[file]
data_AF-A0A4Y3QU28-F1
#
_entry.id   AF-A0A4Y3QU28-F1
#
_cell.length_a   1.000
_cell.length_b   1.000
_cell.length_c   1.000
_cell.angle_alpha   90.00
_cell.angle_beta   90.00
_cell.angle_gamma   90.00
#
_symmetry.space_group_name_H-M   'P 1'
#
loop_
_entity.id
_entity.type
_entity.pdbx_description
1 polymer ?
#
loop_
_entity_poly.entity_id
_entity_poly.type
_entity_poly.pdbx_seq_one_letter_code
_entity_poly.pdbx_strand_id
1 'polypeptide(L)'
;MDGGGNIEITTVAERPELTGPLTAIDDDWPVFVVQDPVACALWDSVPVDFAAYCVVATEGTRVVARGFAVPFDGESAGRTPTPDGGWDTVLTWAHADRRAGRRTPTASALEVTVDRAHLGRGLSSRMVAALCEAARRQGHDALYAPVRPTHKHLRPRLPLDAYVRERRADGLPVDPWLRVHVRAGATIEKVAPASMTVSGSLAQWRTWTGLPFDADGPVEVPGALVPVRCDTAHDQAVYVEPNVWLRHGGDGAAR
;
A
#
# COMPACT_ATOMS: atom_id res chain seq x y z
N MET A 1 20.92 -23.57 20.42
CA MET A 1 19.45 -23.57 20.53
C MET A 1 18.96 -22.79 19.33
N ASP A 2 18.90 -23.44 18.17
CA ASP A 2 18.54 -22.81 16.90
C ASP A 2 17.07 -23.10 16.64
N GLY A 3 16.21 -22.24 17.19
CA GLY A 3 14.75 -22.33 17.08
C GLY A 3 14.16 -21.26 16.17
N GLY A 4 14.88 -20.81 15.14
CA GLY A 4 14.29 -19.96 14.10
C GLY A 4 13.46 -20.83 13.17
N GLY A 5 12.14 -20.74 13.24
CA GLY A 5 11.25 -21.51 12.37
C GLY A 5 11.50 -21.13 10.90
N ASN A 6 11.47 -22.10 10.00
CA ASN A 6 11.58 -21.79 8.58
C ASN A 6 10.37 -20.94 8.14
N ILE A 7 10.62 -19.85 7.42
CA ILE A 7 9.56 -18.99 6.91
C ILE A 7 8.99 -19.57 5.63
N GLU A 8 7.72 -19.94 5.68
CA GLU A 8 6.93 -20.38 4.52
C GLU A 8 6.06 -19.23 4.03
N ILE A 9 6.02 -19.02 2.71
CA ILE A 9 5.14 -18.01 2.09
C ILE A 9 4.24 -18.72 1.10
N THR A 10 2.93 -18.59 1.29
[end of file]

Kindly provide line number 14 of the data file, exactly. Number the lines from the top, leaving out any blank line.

loop_